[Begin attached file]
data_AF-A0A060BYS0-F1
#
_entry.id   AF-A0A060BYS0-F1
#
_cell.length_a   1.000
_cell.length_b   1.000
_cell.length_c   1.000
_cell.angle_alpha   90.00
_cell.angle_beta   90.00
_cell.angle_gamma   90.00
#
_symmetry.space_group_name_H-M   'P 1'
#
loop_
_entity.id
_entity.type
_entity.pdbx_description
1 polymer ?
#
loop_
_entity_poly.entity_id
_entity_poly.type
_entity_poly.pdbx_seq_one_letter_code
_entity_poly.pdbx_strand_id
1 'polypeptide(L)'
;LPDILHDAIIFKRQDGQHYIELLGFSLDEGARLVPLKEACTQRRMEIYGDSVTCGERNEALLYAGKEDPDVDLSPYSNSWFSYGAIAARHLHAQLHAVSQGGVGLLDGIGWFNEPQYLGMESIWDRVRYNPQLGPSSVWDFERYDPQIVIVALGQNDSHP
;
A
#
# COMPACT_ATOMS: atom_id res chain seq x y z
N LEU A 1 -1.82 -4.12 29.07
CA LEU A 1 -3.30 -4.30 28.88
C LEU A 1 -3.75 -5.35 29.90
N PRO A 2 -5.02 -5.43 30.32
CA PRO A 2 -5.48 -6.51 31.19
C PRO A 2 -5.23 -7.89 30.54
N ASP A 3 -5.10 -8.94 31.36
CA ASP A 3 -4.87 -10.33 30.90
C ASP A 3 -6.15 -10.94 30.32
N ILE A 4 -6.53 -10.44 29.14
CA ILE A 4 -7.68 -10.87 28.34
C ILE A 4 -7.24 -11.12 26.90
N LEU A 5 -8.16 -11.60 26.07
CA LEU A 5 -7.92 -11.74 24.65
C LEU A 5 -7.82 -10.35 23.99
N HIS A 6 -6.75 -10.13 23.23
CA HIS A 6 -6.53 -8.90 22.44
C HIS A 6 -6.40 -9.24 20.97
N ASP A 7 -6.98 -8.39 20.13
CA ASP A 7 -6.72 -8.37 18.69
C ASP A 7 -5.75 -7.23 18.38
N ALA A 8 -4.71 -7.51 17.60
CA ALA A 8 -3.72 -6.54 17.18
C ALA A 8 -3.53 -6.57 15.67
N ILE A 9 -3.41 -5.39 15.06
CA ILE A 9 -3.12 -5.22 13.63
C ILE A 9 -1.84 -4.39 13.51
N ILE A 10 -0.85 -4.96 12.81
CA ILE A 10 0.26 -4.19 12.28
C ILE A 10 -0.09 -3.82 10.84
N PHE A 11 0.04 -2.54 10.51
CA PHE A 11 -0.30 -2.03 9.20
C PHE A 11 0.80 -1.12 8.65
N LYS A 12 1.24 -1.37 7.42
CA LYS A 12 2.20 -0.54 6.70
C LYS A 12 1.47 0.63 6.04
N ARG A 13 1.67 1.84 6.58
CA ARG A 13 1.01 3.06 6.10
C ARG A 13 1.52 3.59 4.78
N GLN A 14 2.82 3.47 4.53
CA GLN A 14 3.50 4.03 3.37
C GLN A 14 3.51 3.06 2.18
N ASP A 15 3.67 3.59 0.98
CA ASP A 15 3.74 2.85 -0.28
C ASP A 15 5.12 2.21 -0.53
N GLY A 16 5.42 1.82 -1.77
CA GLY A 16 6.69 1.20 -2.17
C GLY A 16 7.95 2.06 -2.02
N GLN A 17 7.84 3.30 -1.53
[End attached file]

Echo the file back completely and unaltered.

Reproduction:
data_AF-A0A060BYS0-F1
#
_entry.id   AF-A0A060BYS0-F1
#
_cell.length_a   1.000
_cell.length_b   1.000
_cell.length_c   1.000
_cell.angle_alpha   90.00
_cell.angle_beta   90.00
_cell.angle_gamma   90.00
#
_symmetry.space_group_name_H-M   'P 1'
#
loop_
_entity.id
_entity.type
_entity.pdbx_description
1 polymer ?
#
loop_
_entity_poly.entity_id
_entity_poly.type
_entity_poly.pdbx_seq_one_letter_code
_entity_poly.pdbx_strand_id
1 'polypeptide(L)'
;LPDILHDAIIFKRQDGQHYIELLGFSLDEGARLVPLKEACTQRRMEIYGDSVTCGERNEALLYAGKEDPDVDLSPYSNSWFSYGAIAARHLHAQLHAVSQGGVGLLDGIGWFNEPQYLGMESIWDRVRYNPQLGPSSVWDFERYDPQIVIVALGQNDSHP
;
A
#
# COMPACT_ATOMS: atom_id res chain seq x y z
N LEU A 1 -1.82 -4.12 29.07
CA LEU A 1 -3.30 -4.30 28.88
C LEU A 1 -3.75 -5.35 29.90
N PRO A 2 -5.02 -5.43 30.32
CA PRO A 2 -5.48 -6.51 31.19
C PRO A 2 -5.23 -7.89 30.54
N ASP A 3 -5.10 -8.94 31.36
CA ASP A 3 -4.87 -10.33 30.90
C ASP A 3 -6.15 -10.94 30.32
N ILE A 4 -6.53 -10.44 29.14
CA ILE A 4 -7.68 -10.87 28.34
C ILE A 4 -7.24 -11.12 26.90
N LEU A 5 -8.16 -11.60 26.07
CA LEU A 5 -7.92 -11.74 24.65
C LEU A 5 -7.82 -10.35 23.99
N HIS A 6 -6.75 -10.13 23.23
CA HIS A 6 -6.53 -8.90 22.44
C HIS A 6 -6.40 -9.24 20.97
N ASP A 7 -6.98 -8.39 20.13
CA ASP A 7 -6.72 -8.37 18.69
C ASP A 7 -5.75 -7.23 18.38
N ALA A 8 -4.71 -7.51 17.60
CA ALA A 8 -3.72 -6.54 17.18
C ALA A 8 -3.53 -6.57 15.67
N ILE A 9 -3.41 -5.39 15.06
CA ILE A 9 -3.12 -5.22 13.63
C ILE A 9 -1.84 -4.39 13.51
N ILE A 10 -0.85 -4.96 12.81
CA ILE A 10 0.26 -4.19 12.28
C ILE A 10 -0.09 -3.82 10.84
N PHE A 11 0.04 -2.54 10.51
CA PHE A 11 -0.30 -2.03 9.20
C PHE A 11 0.80 -1.12 8.65
N LYS A 12 1.24 -1.37 7.42
CA LYS A 12 2.20 -0.54 6.70
C LYS A 12 1.47 0.63 6.04
N ARG A 13 1.67 1.84 6.58
CA ARG A 13 1.01 3.06 6.10
C ARG A 13 1.52 3.59 4.78
N GLN A 14 2.82 3.47 4.53
CA GLN A 14 3.50 4.03 3.37
C GLN A 14 3.51 3.06 2.18
N ASP A 15 3.67 3.59 0.98
CA ASP A 15 3.74 2.85 -0.28
C ASP A 15 5.12 2.21 -0.53
N GLY A 16 5.42 1.82 -1.77
CA GLY A 16 6.69 1.20 -2.17
C GLY A 16 7.95 2.06 -2.02
N GLN A 17 7.84 3.30 -1.53